Theseus Scamander. As an auror, his first impulse is to fight. He doesn’t seem to be in mourning for any lost loved ones, and he’s too much a man of action to see the value in the cloak, so I don’t think there’s any doubt he would choose the wand.

Tina Goldstein. At least, Tina before she met Newt would definitely have chosen the wand. The Tina from the second movie, who has “gone middle head”, as Newt puts it, might hesitate a moment longer. She might consider that the cloak has value as well (I doubt she’d be too tempted by the stone). In the end, though, she’s still an auror and still the most practical and straightforward of the main four. I would guess she would still choose the wand.

Credence Barebone. Or whatever his true identity is. Credence has been completely powerless for so long – abused by his adoptive mother, forced to suppress his magical abilities, manipulated by Grindelwald – that an unbeatable wand would no doubt appeal to him. I don’t know who he would want to bring back with the resurrection stone, and an invisibility cloak might be useful when he’s on the run in Crimes of Grindelwald, but it wouldn’t compare with what the wand offers (or seems to).

The Stone

Albus Dumbledore. Even as an old man, in Tales of Beedle the Bard, Dumbledore writes that he would have the easiest time turning down the third Hallow, though he seems aware that the third one is the wisest and “right” choice to make. Dumbledore does end up finding all three Deathly Hallows, but the wand is the only one he keeps and uses for a long period of time. However, he does not seem to think it’s the most valuable Hallow and notes that it is far from unbeatable, having been beaten many times and passed from one person to another when its owner is defeated. It is perhaps the stone that is the greatest temptation for Dumbledore; even as an old man, he tried it on and attempted to use it despite knowing that Voldemort had turned it into a horcrux and that it would be dangerous to do so. Having lost so many loved ones at a young age, it’s understandable he would long to bring them back.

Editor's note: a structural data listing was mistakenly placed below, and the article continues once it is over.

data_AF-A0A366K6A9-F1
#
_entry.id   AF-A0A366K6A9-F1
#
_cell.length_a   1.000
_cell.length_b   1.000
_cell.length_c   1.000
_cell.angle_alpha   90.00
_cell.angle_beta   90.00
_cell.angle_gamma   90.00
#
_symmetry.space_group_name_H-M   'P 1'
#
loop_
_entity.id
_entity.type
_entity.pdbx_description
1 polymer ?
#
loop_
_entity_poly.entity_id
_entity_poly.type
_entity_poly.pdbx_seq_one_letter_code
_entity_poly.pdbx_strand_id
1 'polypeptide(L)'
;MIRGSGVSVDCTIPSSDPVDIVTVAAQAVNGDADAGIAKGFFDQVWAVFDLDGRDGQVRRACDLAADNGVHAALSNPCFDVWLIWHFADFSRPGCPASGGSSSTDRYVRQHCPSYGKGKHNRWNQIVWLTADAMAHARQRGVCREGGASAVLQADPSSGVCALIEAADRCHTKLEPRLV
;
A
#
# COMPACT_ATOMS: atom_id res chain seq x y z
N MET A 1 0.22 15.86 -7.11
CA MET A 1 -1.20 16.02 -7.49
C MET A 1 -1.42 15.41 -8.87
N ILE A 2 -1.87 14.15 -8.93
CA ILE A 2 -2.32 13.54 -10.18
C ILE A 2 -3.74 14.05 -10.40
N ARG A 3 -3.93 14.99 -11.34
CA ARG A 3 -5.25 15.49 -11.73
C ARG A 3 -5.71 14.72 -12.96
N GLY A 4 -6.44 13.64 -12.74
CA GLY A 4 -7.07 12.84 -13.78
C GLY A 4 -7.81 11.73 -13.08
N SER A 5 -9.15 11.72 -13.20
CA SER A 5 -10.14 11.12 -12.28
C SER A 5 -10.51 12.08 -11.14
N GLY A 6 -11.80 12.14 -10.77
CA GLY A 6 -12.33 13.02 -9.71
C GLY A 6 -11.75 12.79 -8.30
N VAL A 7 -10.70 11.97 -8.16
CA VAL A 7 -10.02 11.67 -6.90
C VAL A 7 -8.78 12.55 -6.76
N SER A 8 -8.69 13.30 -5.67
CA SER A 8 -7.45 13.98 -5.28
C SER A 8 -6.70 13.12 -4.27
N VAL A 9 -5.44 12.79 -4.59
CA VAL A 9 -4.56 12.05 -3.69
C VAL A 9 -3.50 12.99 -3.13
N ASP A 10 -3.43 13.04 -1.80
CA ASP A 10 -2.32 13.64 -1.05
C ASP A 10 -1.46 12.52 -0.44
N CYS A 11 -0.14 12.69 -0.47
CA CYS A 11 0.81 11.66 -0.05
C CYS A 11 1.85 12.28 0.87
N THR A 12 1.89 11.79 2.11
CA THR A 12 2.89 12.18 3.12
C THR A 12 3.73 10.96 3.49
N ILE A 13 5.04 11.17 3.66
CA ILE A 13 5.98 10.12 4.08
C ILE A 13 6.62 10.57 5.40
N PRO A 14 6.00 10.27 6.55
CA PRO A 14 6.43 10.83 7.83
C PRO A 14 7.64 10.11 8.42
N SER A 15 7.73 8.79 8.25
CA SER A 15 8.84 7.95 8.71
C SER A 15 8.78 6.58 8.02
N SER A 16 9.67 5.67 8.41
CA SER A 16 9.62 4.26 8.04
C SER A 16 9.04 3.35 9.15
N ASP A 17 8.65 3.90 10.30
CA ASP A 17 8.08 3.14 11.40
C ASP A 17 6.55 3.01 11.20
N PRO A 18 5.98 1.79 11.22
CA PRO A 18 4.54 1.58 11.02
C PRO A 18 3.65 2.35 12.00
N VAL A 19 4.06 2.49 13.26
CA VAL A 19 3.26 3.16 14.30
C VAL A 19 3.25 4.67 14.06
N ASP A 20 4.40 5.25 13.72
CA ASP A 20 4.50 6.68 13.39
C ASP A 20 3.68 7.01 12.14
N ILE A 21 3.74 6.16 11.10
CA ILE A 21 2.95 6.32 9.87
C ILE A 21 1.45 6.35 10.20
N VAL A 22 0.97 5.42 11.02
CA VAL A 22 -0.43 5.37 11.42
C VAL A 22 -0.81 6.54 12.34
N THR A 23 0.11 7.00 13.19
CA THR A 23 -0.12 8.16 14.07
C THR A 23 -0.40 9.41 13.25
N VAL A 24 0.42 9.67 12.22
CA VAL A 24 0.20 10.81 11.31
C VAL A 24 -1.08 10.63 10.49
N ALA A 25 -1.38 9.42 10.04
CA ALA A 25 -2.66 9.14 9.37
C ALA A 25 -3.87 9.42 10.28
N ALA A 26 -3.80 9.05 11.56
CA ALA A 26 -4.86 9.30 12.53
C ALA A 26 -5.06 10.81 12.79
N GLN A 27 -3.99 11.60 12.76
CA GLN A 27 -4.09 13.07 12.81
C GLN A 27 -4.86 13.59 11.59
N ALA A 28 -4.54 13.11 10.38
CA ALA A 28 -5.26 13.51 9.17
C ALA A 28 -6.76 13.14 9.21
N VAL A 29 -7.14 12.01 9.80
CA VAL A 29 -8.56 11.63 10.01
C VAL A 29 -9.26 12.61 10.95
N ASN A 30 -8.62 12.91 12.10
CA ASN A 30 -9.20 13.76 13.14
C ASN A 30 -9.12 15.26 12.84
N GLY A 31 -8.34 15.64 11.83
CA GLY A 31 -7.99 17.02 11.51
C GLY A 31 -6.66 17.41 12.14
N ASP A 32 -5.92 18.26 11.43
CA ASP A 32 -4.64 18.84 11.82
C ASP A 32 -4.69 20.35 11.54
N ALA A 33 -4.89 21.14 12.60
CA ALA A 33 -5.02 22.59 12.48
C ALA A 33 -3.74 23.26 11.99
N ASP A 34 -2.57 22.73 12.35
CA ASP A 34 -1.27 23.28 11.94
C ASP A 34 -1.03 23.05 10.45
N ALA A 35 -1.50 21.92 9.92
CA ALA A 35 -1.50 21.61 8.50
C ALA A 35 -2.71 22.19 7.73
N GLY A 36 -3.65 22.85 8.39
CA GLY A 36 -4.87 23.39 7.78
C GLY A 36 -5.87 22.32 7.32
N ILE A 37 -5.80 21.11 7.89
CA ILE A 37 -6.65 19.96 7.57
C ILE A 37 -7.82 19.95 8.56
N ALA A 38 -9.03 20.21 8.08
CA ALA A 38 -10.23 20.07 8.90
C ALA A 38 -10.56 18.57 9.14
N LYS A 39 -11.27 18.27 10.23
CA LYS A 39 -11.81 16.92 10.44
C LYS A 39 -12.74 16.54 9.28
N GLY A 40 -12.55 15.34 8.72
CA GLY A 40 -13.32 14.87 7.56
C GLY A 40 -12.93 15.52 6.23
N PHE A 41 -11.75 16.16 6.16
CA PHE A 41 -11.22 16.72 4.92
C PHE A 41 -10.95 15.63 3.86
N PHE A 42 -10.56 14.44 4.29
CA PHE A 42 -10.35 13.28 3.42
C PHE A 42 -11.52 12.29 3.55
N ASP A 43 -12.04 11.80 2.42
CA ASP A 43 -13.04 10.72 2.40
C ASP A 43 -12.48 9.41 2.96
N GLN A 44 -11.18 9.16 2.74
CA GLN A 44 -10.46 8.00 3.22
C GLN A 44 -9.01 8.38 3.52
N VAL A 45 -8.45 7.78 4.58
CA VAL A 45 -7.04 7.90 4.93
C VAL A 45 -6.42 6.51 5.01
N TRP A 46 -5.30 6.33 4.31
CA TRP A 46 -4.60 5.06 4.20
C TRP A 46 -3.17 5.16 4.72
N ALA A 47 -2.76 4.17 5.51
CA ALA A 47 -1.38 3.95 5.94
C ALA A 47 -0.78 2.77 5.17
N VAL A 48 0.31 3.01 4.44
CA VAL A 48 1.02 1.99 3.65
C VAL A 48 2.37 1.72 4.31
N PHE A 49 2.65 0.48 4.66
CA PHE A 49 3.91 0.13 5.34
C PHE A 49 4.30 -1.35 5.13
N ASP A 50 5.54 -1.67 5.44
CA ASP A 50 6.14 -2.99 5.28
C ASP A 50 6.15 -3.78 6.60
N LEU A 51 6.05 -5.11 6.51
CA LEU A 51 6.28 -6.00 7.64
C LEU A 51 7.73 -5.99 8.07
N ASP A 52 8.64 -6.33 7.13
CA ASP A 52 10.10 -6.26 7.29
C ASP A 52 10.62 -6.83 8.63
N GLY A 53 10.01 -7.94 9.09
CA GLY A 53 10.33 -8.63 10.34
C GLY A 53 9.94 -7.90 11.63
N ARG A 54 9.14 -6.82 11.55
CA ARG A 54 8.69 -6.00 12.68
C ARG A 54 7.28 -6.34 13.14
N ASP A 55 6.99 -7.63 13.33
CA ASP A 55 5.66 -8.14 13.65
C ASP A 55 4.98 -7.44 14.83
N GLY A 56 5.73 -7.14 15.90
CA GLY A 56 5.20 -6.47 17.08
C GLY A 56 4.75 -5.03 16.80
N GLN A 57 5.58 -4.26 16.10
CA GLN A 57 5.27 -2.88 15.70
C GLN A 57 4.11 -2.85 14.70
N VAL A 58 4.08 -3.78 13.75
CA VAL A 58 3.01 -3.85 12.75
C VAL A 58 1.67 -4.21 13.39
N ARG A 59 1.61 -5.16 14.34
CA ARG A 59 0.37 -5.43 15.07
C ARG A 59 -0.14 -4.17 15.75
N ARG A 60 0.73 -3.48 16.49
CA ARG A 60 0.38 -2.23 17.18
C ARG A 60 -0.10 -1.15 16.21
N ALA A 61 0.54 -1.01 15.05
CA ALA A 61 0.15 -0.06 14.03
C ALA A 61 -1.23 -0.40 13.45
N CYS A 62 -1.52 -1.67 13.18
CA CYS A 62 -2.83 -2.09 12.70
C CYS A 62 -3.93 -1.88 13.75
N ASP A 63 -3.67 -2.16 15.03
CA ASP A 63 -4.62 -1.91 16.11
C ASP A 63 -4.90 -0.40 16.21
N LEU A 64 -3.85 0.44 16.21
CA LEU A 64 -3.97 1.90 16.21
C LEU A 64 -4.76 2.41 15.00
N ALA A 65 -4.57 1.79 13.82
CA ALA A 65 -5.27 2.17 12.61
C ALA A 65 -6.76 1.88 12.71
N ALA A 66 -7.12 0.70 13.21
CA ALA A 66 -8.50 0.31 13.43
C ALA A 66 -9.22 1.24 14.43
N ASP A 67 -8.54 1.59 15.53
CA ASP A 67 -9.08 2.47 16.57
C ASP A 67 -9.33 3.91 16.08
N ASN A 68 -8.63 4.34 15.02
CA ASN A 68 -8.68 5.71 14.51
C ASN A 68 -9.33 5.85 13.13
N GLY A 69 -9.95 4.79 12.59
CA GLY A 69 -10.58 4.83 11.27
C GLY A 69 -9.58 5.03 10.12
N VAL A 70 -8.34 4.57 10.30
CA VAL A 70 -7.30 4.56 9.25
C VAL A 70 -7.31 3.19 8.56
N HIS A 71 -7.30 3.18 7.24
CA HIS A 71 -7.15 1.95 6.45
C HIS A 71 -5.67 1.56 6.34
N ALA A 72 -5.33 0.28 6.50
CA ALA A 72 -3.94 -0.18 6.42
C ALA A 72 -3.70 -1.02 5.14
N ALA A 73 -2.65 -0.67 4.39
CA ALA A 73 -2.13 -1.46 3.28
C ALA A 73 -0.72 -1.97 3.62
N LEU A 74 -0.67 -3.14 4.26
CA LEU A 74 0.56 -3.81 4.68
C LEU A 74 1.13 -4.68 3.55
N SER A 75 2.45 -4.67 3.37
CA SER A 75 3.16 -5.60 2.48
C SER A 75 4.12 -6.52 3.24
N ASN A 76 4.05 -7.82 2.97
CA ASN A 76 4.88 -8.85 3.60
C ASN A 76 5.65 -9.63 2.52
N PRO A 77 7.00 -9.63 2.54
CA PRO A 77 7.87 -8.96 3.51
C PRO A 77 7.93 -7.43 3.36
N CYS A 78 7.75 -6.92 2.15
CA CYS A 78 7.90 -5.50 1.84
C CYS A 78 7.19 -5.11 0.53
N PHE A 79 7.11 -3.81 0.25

Queenie Goldstein. Queenie’s greatest strength is also her greatest weakness: she loves deeply and cannot let go of those she loves. If she would make the choices she makes in Crimes of Grindelwald for the sake of her romance with Jacob, you can bet she would pick the stone, too. In a heartbeat.

Leta Lestrange. She has spent most of her life feeling guilty about Corvus, a situation which is even compared outright to Dumbledore and Ariana. Surely she would jump at the chance to bring him back.

The Cloak

Newt Scamander. Obviously. Newt rarely uses combative magic and would not see the need for an “unbeatable” wand. While he’s a compassionate person who would no doubt grieve if he lost loved ones, he would also be wise enough to understand that no magic can truly bring back the dead. He would find the invisibility cloak extremely useful in all the sneaking around he does, as well as to hide his magical creatures when necessary.

Jacob Kowalski. As a muggle, Jacob would be unable to use the wand and likely couldn’t use the stone either. Anyone can hide under an invisibility cloak. Even if he were a wizard, he’s a pretty humble guy who probably wouldn’t care for the power offered by the wand, and his willingness to step out into the memory potion rain suggests that he can let go and move on after a great loss, so he probably wouldn’t choose the stone.

Understanding Literary Concepts Through Harry Potter: Flat and Round, Static and Dynamic

A flat character is like a pencil sketch of a person. You have some idea of what they look like, what their goals are, even their basic personality, but none of the detail that would make them feel real. A round character is the opposite. They do have those details, and they come across as real people even though the audience knows they are fictional.